The Biggest Lies My Eating Disorder Told Me


Written by Meagan Anderson 

 I didn't want to open up about my eating disorder. 

I have struggled with body dysmorphia for as long as I can remember. Growing up I would constantly compare my body to women’s in magazines or even my own friends. Because of this, my disordered eating habits began at a young age. I often would overeat to deal with stress and then limit my food intake to make up for it the day after. When I got to college and was not under my parent’s supervision it became easier than ever to have abnormal eating habits. It didn’t take long for me to start binging and purging. I didn’t tell anyone what I was doing for over a year and even then I downplayed it. The reason for my silence was that my eating disorder was constantly lying to me about why I should not open up to others about what I was going through. Here is a list of the biggest lies it told me. 

 

1. “You don’t have an eating disorder.”

The realization of this lie is something that I have read and re-read about on every ED recovery page I follow. It’s the biggest lie that an eating disorder tells us. Despite seeing other people talk about this struggle it still took me a very long time to admit to myself that I have an eating disorder. I still to this very day have difficulty admitting it. I'm now realizing that the moment I admitted it to myself was the same moment I began my recovery. The ability to recognize it and talk about it has lead to healthier choices for me. Now when I relapse and throw up I know that I need to address the situation immediately because I don’t have control over this disease. 

 

2. “You are in control.”

My eating disorder would tell me this every time I threw up. It would say “it’s just this once” or “it’s fine you don’t do it after every meal”. These rationalizations about my eating disorder only harmed me. I felt that my actions were my choice and if/when I wanted to stop I would be able to. To a point this was true I could go stretches of time without throwing up but it would just take one minute of weakness for me to be right back to where I started, rationalizing why it was okay for me to do this to my body.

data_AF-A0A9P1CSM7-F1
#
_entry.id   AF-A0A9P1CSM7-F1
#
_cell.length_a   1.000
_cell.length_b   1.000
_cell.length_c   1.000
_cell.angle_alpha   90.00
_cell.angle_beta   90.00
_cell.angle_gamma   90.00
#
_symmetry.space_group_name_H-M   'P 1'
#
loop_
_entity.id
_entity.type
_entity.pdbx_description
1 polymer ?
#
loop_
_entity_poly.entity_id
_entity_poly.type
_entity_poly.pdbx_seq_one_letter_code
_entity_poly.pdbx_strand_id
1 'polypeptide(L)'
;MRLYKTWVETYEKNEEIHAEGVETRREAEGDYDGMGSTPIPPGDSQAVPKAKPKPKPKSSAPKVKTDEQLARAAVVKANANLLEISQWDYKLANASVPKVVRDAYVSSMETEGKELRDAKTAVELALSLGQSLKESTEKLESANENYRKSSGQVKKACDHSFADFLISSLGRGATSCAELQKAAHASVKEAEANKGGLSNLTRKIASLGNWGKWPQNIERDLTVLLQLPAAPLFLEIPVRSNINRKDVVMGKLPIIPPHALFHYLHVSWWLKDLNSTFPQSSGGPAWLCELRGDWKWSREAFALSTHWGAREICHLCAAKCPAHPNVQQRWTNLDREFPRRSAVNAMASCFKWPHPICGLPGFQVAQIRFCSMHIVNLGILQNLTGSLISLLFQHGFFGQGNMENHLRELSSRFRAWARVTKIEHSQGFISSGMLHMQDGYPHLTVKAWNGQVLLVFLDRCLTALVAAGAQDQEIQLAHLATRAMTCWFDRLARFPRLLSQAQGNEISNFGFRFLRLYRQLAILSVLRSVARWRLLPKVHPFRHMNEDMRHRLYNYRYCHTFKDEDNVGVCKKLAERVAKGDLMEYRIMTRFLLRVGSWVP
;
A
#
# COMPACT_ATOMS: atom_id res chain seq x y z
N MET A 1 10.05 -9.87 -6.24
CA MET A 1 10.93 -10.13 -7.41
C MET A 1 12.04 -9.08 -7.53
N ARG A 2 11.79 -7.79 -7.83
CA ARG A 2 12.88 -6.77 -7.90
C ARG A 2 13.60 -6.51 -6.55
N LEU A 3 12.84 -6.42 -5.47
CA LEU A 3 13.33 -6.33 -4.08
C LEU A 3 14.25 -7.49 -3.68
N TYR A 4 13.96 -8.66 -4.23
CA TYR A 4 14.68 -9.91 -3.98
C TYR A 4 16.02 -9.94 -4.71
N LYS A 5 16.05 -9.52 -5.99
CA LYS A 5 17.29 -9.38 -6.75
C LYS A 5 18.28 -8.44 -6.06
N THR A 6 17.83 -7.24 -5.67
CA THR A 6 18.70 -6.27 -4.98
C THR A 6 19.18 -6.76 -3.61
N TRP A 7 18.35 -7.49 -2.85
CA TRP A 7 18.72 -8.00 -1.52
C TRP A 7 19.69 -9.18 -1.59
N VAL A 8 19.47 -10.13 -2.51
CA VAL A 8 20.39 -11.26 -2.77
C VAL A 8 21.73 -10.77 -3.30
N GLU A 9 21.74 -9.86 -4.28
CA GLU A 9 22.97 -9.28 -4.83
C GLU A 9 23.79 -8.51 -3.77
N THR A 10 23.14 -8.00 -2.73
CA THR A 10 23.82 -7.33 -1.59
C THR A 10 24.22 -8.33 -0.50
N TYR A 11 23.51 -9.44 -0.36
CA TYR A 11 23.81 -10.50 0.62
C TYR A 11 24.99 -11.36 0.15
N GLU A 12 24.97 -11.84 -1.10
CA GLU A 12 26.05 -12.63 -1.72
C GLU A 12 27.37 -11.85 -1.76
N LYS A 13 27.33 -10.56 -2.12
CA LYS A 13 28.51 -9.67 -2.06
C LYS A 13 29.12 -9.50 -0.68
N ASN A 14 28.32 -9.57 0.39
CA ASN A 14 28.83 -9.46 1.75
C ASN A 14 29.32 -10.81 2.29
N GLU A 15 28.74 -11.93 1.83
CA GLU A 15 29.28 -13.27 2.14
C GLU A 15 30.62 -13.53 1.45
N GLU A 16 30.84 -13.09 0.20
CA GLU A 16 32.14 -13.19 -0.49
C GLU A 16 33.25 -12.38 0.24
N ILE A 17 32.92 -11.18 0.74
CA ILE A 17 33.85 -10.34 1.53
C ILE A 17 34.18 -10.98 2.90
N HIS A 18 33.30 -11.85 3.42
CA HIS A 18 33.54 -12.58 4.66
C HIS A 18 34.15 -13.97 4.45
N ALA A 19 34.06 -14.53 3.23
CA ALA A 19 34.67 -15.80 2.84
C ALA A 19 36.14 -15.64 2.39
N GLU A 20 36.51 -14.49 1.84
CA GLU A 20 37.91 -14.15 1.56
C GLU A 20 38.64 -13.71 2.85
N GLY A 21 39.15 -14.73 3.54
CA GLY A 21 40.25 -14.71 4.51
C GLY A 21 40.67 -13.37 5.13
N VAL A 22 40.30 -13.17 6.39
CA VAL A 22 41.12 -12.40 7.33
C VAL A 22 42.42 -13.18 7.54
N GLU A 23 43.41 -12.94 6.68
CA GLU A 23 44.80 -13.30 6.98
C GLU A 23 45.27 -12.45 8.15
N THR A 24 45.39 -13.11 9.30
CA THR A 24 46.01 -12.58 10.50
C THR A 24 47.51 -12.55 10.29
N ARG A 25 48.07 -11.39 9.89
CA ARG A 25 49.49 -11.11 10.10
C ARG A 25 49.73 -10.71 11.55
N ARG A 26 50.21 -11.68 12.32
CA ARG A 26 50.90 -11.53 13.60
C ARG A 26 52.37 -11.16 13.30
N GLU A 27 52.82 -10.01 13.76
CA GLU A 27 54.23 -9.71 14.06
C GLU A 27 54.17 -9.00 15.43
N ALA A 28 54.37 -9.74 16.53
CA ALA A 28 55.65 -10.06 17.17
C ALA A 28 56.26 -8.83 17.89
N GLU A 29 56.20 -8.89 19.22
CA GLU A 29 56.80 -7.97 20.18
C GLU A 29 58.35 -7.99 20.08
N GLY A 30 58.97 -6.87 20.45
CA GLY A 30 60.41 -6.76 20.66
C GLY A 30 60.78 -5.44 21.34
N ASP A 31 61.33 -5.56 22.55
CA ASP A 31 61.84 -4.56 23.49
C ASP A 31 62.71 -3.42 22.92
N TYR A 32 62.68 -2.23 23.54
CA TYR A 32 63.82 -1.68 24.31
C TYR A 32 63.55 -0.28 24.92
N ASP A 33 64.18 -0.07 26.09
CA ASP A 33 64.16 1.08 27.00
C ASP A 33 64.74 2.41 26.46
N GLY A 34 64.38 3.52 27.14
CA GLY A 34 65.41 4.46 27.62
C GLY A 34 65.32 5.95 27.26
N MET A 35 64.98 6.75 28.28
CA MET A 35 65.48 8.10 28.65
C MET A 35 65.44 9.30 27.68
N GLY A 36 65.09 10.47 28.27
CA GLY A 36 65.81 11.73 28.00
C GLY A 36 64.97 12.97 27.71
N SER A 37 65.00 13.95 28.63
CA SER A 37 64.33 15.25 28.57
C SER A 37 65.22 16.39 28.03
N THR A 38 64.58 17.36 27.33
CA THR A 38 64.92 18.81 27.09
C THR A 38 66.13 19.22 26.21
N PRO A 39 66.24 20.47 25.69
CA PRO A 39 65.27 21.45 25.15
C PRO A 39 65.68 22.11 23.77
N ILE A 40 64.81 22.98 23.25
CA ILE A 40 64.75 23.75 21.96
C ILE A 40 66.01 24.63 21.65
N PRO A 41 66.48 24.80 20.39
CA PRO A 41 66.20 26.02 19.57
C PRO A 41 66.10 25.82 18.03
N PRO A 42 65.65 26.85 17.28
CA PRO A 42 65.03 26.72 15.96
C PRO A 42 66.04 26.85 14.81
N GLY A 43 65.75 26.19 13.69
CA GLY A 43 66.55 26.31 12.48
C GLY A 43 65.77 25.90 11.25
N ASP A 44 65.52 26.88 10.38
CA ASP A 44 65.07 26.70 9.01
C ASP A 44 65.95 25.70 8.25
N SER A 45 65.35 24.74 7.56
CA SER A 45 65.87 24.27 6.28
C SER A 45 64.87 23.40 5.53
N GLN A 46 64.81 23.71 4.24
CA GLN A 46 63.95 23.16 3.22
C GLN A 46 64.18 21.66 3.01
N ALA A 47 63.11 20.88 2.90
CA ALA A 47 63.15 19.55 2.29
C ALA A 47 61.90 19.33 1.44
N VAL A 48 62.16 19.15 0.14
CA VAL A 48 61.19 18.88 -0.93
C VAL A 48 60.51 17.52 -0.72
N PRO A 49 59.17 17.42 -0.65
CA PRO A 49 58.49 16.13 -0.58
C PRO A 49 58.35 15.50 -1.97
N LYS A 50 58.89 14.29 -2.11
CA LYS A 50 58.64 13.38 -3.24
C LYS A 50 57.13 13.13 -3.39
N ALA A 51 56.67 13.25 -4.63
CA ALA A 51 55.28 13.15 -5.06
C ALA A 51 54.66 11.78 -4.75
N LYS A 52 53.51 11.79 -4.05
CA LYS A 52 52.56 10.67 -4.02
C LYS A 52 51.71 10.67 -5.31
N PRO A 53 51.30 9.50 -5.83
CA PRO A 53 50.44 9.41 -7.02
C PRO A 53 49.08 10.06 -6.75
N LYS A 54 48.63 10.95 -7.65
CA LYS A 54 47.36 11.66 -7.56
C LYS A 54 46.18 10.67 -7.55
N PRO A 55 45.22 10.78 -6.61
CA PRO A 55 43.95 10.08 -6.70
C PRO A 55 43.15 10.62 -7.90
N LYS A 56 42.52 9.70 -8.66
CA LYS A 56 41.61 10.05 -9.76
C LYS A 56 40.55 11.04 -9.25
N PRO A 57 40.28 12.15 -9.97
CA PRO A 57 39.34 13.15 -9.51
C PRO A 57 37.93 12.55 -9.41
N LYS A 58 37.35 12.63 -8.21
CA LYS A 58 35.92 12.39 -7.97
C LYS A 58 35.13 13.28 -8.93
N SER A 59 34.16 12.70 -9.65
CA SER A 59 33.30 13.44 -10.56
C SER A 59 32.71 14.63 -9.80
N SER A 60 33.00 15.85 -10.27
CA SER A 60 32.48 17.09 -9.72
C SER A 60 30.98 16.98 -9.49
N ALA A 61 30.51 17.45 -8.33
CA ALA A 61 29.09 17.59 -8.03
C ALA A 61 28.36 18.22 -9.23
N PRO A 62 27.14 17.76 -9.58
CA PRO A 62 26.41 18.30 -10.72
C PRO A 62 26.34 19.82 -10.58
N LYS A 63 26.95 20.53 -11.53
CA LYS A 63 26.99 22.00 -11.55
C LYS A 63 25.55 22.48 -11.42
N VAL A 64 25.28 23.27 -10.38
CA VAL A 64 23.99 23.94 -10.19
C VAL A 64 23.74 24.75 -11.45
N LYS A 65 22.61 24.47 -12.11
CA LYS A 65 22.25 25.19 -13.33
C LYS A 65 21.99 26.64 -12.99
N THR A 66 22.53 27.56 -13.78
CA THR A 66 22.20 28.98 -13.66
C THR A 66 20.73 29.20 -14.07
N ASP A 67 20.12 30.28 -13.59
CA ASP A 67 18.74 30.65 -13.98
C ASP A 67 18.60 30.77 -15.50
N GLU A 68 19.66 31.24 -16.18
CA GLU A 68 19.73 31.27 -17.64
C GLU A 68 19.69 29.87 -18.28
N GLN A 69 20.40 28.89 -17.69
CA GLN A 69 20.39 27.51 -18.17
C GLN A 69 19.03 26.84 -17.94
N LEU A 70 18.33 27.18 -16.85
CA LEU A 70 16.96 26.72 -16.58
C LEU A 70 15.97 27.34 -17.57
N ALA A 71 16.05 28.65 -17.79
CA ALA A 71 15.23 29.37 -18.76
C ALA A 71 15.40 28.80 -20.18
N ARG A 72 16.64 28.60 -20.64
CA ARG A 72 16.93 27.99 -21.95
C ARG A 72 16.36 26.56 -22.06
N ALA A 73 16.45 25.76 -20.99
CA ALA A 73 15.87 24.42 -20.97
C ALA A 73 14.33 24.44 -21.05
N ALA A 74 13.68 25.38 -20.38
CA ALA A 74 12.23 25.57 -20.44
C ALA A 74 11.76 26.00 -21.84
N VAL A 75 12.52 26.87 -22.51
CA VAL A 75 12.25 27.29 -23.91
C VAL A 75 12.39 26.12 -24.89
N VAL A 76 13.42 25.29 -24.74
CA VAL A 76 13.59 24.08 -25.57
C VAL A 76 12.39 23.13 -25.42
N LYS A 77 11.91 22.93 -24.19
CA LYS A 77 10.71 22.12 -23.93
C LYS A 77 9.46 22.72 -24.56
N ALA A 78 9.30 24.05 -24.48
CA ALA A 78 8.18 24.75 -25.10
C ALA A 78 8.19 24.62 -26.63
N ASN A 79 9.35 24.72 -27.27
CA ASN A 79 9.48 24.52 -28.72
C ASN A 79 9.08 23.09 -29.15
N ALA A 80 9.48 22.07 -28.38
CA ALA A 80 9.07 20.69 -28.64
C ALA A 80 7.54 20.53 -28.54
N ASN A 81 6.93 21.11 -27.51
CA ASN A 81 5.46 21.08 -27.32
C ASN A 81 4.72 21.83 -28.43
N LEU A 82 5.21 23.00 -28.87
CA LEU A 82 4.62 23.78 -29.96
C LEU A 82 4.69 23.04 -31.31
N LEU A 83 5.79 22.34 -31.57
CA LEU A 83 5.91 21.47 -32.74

3. “If you tell anyone they will think you are doing this for attention.”

This is something that repeated itself in my mind every time I even considered telling someone close to me about what I was doing. I didn’t want people to think poorly of me. I thought that if I told them that I was throwing up they would think I was being vain and stupid. I was so sure that no one would understand and that I would be judged. This was so far from the truth. When I did open up to my boyfriend and a couple close friends everything they said was loving and encouraging. 

 

4. "It isn’t a big deal/ you are not sick enough."

I was constantly comparing my eating disorder to other people’s experiences. I have had friends who have also struggled with eating disorders that ended up in the hospital. I thought that what I was going through was not nearly as severe and therefore I did not need any help. I thought I wasn’t “thin enough” for my eating disorder to be unhealthy. Even writing that now makes me cringe. That mindset was heartbreaking and so untrue. Eating disorders are a problem for people of all shapes and sizes and it is always okay, no matter how severe your eating disorder is, to ask for help.

1 comment

  • Cassandra

    I told myself each one of these lies. Still struggle daily with body dysmorphia, but I’m far from where I used to be. Thanks for the great insight.

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